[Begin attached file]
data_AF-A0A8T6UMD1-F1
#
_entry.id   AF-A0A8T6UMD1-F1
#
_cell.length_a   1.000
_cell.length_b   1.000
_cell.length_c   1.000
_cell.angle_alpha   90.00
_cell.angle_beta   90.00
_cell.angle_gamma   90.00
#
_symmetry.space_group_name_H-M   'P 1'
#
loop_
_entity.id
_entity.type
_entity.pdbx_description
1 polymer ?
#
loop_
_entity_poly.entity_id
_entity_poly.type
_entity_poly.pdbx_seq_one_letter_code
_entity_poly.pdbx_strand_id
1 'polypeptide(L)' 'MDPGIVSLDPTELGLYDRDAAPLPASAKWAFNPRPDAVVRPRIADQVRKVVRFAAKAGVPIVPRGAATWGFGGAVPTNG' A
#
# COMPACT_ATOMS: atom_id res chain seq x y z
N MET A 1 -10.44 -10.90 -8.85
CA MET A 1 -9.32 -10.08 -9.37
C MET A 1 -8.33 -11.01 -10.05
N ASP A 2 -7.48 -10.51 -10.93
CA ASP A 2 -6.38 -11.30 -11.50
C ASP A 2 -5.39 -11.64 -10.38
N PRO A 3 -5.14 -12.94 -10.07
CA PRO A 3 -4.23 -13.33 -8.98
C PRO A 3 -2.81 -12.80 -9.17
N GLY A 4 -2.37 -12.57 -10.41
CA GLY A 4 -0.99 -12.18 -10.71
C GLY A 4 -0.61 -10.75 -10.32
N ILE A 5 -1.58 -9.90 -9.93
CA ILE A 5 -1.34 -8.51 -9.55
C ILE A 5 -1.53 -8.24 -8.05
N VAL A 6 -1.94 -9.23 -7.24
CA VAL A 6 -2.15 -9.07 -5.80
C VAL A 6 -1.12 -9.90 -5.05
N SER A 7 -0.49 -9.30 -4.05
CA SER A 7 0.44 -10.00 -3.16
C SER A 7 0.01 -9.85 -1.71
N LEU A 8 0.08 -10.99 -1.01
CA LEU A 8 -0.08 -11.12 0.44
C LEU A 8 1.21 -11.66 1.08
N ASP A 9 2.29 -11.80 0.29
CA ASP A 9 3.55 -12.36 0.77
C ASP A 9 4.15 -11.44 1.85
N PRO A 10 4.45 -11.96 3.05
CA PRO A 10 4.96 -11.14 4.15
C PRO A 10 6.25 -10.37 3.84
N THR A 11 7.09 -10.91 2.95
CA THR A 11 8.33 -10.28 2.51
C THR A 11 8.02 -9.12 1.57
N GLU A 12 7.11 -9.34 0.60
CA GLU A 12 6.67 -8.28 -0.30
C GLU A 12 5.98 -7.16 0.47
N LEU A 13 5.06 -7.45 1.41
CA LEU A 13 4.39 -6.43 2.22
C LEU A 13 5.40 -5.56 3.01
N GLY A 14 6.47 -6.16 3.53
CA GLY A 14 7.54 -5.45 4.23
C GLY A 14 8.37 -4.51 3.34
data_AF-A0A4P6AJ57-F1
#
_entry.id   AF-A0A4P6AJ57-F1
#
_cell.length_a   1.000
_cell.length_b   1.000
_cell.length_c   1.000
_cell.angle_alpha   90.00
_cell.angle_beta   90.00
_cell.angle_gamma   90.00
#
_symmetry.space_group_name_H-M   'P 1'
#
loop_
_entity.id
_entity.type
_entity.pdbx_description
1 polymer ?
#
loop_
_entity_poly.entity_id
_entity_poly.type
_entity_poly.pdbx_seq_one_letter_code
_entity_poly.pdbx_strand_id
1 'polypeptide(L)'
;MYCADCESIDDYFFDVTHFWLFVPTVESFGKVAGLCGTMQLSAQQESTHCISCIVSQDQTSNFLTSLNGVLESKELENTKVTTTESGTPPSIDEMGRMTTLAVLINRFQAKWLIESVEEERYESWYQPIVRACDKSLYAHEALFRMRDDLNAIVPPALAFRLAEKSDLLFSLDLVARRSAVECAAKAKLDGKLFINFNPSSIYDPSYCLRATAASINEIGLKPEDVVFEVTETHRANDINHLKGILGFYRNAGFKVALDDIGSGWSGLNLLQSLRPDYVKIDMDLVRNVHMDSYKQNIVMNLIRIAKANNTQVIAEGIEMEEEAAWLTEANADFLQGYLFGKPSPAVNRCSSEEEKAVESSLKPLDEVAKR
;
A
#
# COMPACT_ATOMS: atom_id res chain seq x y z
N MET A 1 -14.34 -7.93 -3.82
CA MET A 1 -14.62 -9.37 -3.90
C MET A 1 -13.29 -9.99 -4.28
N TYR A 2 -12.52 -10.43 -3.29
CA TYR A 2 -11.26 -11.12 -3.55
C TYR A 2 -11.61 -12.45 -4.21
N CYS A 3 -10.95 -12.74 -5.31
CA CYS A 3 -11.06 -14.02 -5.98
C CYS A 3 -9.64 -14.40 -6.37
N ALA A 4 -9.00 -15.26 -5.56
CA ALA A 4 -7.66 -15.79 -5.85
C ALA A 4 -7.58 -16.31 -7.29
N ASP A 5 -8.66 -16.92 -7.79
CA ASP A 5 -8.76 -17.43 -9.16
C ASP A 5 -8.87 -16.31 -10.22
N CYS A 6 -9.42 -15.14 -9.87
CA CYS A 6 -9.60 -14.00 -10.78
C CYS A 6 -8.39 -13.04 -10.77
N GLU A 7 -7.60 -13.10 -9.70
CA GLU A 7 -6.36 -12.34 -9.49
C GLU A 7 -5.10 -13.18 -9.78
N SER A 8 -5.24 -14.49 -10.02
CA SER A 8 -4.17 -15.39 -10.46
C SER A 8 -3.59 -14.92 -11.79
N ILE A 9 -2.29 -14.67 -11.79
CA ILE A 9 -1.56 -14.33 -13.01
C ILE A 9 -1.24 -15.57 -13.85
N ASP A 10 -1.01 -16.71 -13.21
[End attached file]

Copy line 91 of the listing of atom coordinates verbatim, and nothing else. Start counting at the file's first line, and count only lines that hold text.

_entity_poly.type